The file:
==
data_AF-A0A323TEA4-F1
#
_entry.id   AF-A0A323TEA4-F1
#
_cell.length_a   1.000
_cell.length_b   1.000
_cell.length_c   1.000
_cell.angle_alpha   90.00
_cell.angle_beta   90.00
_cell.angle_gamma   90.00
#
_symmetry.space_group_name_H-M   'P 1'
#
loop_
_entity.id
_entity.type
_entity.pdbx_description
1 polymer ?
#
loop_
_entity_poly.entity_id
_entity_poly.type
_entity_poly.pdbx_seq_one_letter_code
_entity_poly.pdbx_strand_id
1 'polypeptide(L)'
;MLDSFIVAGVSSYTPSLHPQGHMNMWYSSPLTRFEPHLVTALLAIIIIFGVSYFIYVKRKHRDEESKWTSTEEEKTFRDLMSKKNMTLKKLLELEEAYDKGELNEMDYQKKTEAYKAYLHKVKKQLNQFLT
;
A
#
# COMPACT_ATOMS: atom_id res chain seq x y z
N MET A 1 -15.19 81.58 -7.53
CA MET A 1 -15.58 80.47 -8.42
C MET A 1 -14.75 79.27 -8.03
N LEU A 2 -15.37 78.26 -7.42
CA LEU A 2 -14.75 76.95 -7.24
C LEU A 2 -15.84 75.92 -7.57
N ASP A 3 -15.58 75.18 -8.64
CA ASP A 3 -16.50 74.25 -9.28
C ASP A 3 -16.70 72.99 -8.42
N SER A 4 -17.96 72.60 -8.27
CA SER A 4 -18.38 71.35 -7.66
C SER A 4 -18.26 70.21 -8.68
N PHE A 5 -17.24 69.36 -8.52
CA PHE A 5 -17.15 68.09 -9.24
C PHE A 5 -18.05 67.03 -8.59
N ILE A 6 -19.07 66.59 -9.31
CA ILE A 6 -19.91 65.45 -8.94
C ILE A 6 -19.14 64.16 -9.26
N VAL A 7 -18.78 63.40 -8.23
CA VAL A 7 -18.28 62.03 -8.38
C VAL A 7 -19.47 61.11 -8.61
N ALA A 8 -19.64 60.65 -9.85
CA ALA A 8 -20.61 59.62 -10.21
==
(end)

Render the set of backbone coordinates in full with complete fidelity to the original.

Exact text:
data_AF-A0A323TEA4-F1
#
_entry.id   AF-A0A323TEA4-F1
#
_cell.length_a   1.000
_cell.length_b   1.000
_cell.length_c   1.000
_cell.angle_alpha   90.00
_cell.angle_beta   90.00
_cell.angle_gamma   90.00
#
_symmetry.space_group_name_H-M   'P 1'
#
loop_
_entity.id
_entity.type
_entity.pdbx_description
1 polymer ?
#
loop_
_entity_poly.entity_id
_entity_poly.type
_entity_poly.pdbx_seq_one_letter_code
_entity_poly.pdbx_strand_id
1 'polypeptide(L)'
;MLDSFIVAGVSSYTPSLHPQGHMNMWYSSPLTRFEPHLVTALLAIIIIFGVSYFIYVKRKHRDEESKWTSTEEEKTFRDLMSKKNMTLKKLLELEEAYDKGELNEMDYQKKTEAYKAYLHKVKKQLNQFLT
;
A
#
# COMPACT_ATOMS: atom_id res chain seq x y z
N MET A 1 -15.19 81.58 -7.53
CA MET A 1 -15.58 80.47 -8.42
C MET A 1 -14.75 79.27 -8.03
N LEU A 2 -15.37 78.26 -7.42
CA LEU A 2 -14.75 76.95 -7.24
C LEU A 2 -15.84 75.92 -7.57
N ASP A 3 -15.58 75.18 -8.64
CA ASP A 3 -16.50 74.25 -9.28
C ASP A 3 -16.70 72.99 -8.42
N SER A 4 -17.96 72.60 -8.27
CA SER A 4 -18.38 71.35 -7.66
C SER A 4 -18.26 70.21 -8.68
N PHE A 5 -17.24 69.36 -8.52
CA PHE A 5 -17.15 68.09 -9.24
C PHE A 5 -18.05 67.03 -8.59
N ILE A 6 -19.07 66.59 -9.31
CA ILE A 6 -19.91 65.45 -8.94
C ILE A 6 -19.14 64.16 -9.26
N VAL A 7 -18.78 63.40 -8.23
CA VAL A 7 -18.28 62.03 -8.38
C VAL A 7 -19.47 61.11 -8.61
N ALA A 8 -19.64 60.65 -9.85
CA ALA A 8 -20.61 59.62 -10.21